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RALPH D. RUSSO
AP College Sports Writer
(AP) — The NCAA Board of Governors on Friday called for a constitutional conven- tion in November, the first step toward launching dramatic reform in how the sprawling, multibillion-dollar enterprise of college sports is governed for years to come.
In the wake of a stinging loss in the Supreme Court and radical changes to the way athletes can be compensated —- and with College Football Playoff expansion and major conference realignment already in motion — the NCAA said it wants to “reimagine” how it manages the needs of its more than 450,000 athletes.
“The goal is to make sure that we can align authority and responsibilities, get that right between campuses and the conferences and the national level,” NCAA President Mark Emmert said in a brief teleconference with reporters.
That begins with examining the NCAA’s very foundation, a six-article constitution that lays out the association’s purpose, principles and general policies. Action on proposed changes is expected to be taken at the NCAA’s January convention. “It’s evident we’re going take a hard look at the structure and governance of the association and have a discussion about values and a discussion of goals,” said Mid-American Conference Commissioner Jon Steinbrecher, a member of the Division I Council. “We’ve talked about modernization of the rules, well, perhaps its time to modernize the association. So here we go.”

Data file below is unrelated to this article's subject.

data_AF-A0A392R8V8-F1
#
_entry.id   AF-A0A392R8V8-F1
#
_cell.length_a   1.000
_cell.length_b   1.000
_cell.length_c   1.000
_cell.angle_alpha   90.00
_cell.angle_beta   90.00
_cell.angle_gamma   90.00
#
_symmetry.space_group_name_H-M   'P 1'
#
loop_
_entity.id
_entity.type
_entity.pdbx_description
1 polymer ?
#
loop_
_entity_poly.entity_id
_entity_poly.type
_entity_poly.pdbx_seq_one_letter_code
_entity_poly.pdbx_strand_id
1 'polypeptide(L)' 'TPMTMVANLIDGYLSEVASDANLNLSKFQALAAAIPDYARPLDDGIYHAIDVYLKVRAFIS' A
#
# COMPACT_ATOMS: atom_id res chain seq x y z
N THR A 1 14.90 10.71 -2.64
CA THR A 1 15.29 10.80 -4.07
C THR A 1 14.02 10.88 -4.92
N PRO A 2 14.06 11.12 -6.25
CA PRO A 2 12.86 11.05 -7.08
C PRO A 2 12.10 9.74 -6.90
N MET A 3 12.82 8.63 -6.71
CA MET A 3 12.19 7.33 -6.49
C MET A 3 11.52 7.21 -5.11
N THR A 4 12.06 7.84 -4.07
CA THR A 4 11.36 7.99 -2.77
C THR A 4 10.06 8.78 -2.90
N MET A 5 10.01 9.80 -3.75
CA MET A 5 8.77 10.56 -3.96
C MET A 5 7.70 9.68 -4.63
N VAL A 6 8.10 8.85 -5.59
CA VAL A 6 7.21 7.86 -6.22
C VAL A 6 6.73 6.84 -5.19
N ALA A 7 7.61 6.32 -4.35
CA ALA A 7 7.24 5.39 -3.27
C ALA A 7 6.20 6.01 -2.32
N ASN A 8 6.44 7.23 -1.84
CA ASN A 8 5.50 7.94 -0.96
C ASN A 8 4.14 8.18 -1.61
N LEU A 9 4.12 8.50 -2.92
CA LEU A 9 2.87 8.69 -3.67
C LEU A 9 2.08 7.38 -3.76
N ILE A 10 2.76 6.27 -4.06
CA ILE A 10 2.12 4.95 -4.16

“I think it’s really the shifting legal environment, the economic environment, the political environment, all of that, that creates this opportunity in a lot of ways to stop and erase the black- board and draw a new chart again,” Emmert said. “And that’s a really, really powerful opportunity that can’t be wasted.”
A 22-person Constitution Review Committee with university presidents, conference commissioners, athletics directors and students from the more than 1,100 member schools in Divisions I, II and III will be created to redraft the constitution.
The committee will be appointed in August after each division nominates candidates.
“As the national landscape changes, college sports must also quickly adapt to become more responsive to the needs of college athletes and current member schools,” said Jack DeGioia, chair of the Board of Governors and president of Georgetown.
The NCAA does not have a track record of acting swiftly and its rulebooks have been ridiculed for years as being overly dense. Still, Steinbrecher called the timeline laid out by the board —- six months from creation of committee to acting on its proposals —- “aggressive.”